If you received a resumé and cover letter from an Anna O. Fraud, you might sense something fishy. If you got one from an Anna O. Szust, you'd probably be less concerned — even though oszust means "a fraud" in Polish. Either way, in a recent scientific sting operation reported in Nature, plenty of potential employers liked the fictitious Dr. Szust just fine — enough that 48 of them offered her a job. And that's a big problem.
The investigation was conducted by a team of researchers led by Piotr Sorokowski, of the University of Wroclaw in Poland, and described in Nature by co-researcher Katarzyna Pisanski, who is affiliated both with Wroclaw and with the University of Sussex in the U.K. The goal of the sting was to expose so-called predatory journals — science publications that charge fees to publish science, accepting all comers with all manner of papers provided there's money to be made. And the way the world of academia is set up, there are plenty of desperate scientists for the hucksters to woo.
The "publish or perish" dictum is a very real thing for researchers and academics whose hopes for career advancement depend on doing work that earns a spot in peer-reviewed journals. There are thousands of legitimate journals out there beyond the well-known powerhouses like Science or the BMJ or Nature itself, but the scientific community is vaster still and the competition for pages is keen. That has led to the rise of a staggering 10,000 predatory journals, which both charge fees to publish unvetted work and recruit scientists to fill editorial positions, lending a patina of credibility to their generally shabby operations and offering a prestigious sounding title to the scientists in return. By 2015, approximately half-a-million dubious papers had been published this way.
Pisanski and her colleagues selected 360 journals to approach in their study. Of these, 120 each came from two legitimate directories of science publications: The Journal Citation Reports (JCR) and the Directory of Open Access Journals (DOAJ). The final 120 came from a less formal directory known as "Beall's list," a compendium of suspect journals compiled by Jeffrey Beall, a librarian at the University of Colorado.
All 360 got a letter from "Dr. Szust" seeking a position on their editorial board. Her resume consisted of a string of phony degrees and invented book chapters pertinent to her wide-ranging academic interests. Those interests included "the theory of science and sport and methodological bases of social sciences." A web presence was also created for Szust on Academia.edu, Google+ and Twitter. Since the entire study was, in effect, an act of fraud — even if it was designed to expose far more pernicious fraud — the researchers were required to seek approval from a university ethics review board, which they received.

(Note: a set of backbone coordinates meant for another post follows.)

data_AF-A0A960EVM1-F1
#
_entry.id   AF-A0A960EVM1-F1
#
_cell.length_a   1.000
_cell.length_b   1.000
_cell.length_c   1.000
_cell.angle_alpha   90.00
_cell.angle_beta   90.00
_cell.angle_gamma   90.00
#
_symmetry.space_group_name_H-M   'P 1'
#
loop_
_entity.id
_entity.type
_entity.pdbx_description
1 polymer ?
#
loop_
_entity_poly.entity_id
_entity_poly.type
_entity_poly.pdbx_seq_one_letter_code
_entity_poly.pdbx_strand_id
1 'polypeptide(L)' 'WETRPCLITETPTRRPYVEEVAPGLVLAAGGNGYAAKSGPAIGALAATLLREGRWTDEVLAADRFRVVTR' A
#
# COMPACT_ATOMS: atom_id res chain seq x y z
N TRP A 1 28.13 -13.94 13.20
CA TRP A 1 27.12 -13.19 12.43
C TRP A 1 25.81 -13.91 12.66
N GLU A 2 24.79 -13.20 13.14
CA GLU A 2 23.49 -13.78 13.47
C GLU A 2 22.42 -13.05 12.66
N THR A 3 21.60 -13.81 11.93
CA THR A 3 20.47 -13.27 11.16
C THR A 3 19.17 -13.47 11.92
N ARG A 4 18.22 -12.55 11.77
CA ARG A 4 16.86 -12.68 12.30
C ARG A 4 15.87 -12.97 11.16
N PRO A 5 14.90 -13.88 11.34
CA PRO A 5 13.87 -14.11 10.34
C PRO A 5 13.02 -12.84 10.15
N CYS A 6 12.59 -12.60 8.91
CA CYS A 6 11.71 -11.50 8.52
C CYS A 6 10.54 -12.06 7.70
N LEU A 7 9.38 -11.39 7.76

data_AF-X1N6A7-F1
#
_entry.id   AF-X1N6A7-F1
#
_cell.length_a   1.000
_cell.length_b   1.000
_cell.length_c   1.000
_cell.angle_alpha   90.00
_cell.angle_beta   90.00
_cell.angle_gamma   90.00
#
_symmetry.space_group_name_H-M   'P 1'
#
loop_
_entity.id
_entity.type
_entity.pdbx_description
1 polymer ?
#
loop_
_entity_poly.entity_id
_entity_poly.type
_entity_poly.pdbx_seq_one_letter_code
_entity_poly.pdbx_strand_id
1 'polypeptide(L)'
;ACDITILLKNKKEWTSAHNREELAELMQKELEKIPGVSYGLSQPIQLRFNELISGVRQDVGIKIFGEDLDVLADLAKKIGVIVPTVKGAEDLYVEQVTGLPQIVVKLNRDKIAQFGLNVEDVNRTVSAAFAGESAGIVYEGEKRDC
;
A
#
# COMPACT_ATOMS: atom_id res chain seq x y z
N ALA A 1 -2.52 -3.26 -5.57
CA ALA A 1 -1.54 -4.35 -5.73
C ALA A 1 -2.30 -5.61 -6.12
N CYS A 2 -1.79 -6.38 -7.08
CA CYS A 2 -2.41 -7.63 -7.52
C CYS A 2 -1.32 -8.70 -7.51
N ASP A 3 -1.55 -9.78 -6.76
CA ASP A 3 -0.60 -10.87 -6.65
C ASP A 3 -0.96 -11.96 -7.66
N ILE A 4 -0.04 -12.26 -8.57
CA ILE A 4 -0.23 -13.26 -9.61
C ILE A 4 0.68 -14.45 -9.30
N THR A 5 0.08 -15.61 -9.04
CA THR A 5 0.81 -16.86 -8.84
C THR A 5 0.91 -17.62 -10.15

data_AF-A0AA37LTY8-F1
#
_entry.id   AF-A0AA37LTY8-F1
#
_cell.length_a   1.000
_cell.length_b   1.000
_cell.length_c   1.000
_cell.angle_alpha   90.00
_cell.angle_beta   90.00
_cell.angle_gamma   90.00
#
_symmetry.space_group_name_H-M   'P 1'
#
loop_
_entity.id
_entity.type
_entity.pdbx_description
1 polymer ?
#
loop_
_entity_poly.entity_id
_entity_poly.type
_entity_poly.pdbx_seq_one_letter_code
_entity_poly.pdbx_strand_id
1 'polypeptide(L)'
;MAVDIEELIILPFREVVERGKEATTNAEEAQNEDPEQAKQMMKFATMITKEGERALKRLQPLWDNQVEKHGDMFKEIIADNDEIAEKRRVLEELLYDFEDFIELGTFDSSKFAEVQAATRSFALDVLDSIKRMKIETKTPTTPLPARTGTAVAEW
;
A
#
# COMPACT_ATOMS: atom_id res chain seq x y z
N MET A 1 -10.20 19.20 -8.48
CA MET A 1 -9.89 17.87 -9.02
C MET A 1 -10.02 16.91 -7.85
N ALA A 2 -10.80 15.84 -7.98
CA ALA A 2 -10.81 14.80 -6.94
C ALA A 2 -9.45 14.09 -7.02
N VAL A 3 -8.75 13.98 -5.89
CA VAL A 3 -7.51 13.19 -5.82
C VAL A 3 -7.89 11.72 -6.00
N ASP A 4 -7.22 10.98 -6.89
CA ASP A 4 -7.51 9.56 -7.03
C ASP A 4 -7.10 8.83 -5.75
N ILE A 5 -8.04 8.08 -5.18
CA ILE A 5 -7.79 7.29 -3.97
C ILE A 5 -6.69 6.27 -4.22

The responses the investigators got from the three groups of journals differed widely. None of the JCR publications offered a spot on the masthead to the imaginary Szust. Only 40% of them sent her any response at all. Of the journals listed on the DOAJ, eight did make a job offer, though the responses from the remaining 112 broke down more or less the same way they did on the JCR.
Some of the journals that rejected her also chided her for her approaching them at all: "One does not become an editor by sending in the CV; these positions are filled because a person has a high research profile," one wrote.
The Beall's list journals, on the other hand, couldn't get enough of the good Dr. Fraud. Forty of them offered her an editorial spot and some responses came within hours. Four of them offered her the top slot — editor in chief. One of them even specified that the job came "with no responsibilities." And the journals did not do much to conceal their pecuniary motivations either. Any money Szust generated by attracting scientists who would pay to publish would be split 60-40, with the journal taking the larger share and her keeping the remainder. Sometimes an upfront fee was requested from Szust — a mandatory $750 "subscription" to the journal, for example.
Spotting and avoiding predatory journals is not terribly difficult. A catalog like Beall's, for example, is effectively a blacklist, and both DOAC and JDR serve as whitelists, according to Pisanski and her colleagues. The bigger problem, they say, is finding a way to scale back the consuming role of publishing in determining academic advancement — or at least reducing the constant stress the process causes the academics themselves.
Some of history's best science has been done under extreme pressure — like the race to develop the polio vaccine or to determine the cause of AIDS. But most research is slow, thoughtful and iterative. Both the science and the scientists are at their best when they're allowed to take their time.
Correction: The original version of this story omitted the name of the study's lead author. He is Piotr Sorokowski.